Browsers are a special case for Windows 8. Their Metro-ized versions can run outside the normal security sandbox, and have access to most Windows APIs (application programming interface) on the classic desktop, as well as the new WinRT API, the backbone of Windows 8's Metro app development.
The category also gets other passes from Microsoft: A desktop browser with a Metro version circumvents the Windows Store, and when installed on the Windows 8 classic desktop, simultaneously installs the Metro version.
The biggest caveat for a Windows 8 browser is that only the default browser can run in the Metro UI. During setup, Windows 8 assigns Internet Explorer 10 (IE10) as the default browser. However, users can change the default.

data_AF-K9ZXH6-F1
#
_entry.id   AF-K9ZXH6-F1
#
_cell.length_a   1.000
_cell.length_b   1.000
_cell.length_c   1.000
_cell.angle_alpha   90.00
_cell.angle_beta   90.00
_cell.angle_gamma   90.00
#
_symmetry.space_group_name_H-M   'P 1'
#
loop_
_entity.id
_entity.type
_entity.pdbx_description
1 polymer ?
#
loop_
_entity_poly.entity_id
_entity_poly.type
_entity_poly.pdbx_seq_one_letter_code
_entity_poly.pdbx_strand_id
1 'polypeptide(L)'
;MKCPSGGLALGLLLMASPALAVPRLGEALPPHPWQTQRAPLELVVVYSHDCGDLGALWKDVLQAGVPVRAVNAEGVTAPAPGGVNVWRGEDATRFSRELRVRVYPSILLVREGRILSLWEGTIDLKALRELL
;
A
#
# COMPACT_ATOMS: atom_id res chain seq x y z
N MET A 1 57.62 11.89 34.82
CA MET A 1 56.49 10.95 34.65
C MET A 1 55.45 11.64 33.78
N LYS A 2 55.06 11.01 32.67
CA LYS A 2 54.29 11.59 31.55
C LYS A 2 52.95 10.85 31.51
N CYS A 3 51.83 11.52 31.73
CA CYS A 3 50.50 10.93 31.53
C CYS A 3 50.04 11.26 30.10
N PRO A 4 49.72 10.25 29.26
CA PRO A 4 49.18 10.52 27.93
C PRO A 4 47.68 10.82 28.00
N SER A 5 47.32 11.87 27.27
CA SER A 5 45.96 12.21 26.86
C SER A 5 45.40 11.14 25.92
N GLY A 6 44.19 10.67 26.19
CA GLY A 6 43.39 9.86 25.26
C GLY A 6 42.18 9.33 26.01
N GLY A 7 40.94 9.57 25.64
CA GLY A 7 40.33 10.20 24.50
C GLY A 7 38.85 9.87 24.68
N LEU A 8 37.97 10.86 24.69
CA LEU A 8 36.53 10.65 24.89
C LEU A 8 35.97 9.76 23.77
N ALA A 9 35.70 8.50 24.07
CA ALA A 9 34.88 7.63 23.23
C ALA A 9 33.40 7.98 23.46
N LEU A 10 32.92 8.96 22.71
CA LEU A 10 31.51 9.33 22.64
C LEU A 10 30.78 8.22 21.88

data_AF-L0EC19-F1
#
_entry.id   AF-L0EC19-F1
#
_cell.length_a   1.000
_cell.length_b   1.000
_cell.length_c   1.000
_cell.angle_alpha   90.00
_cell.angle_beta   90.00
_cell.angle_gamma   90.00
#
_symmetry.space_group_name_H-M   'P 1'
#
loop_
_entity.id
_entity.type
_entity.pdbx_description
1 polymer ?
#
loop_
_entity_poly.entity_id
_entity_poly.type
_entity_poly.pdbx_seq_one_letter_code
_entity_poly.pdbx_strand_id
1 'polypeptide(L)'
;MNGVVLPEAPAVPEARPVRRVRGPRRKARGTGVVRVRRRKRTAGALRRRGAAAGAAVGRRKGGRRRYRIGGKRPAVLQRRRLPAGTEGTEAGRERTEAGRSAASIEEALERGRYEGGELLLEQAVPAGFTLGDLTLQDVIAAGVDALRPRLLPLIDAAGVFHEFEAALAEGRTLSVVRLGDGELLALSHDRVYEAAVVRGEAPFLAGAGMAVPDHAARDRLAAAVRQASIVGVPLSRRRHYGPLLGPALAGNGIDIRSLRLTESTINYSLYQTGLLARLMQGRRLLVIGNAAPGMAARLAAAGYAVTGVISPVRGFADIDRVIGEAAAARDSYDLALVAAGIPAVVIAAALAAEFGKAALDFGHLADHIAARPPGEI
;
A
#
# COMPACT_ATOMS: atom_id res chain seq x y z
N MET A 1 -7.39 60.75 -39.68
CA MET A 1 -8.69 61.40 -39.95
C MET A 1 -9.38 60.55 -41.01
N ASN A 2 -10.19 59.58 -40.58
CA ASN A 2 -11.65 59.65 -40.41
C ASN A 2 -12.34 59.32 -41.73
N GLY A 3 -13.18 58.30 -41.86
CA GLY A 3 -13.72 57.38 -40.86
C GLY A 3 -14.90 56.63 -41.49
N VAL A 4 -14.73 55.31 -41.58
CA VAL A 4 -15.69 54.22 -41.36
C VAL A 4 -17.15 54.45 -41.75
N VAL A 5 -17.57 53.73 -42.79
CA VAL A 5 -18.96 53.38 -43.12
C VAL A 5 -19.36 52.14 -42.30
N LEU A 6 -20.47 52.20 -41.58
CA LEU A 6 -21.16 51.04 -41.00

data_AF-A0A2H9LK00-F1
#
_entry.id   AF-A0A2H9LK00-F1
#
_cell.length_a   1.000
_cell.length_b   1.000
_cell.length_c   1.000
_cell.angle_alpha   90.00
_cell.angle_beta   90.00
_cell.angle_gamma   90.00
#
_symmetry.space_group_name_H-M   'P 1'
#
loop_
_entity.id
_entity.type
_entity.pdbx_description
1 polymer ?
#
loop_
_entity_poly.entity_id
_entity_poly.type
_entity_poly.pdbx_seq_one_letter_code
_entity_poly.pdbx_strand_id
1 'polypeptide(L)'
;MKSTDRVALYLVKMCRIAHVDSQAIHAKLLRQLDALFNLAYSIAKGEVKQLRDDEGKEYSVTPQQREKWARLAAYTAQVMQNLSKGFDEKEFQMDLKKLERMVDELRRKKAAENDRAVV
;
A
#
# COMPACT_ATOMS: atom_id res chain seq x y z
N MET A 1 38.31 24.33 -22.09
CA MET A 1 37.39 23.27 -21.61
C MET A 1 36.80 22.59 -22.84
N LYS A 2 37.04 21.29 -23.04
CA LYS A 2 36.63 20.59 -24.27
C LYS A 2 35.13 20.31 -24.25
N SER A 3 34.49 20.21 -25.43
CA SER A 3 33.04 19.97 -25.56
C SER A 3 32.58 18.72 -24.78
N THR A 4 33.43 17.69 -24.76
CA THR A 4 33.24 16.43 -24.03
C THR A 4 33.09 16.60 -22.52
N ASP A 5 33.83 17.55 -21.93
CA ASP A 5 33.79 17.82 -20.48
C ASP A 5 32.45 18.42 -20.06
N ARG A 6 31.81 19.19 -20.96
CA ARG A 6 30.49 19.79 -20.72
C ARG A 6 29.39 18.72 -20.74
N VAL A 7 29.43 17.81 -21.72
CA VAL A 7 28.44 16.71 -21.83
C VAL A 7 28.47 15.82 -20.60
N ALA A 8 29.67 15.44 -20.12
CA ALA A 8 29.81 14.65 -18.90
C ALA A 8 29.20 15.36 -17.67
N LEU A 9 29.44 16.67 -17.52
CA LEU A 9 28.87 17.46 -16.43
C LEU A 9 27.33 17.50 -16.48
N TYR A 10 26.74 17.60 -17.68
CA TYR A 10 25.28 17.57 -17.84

The Nightly build of Firefox can be downloaded from Mozilla's website. To use Metro Firefox, of course, users must install the Nightly on a PC running Windows 8 or on a tablet, such as Microsoft's Surface Pro, powered by the OS.
Firefox cannot be installed on a Windows RT device like Microsoft's Surface RT tablet.
Gregg Keizer covers Microsoft, security issues, Apple, Web browsers and general technology breaking news for Computerworld. Follow Gregg on Twitter at @gkeizer, or subscribe to Gregg's RSS feed . His e-mail address is firstname.lastname@example.org.
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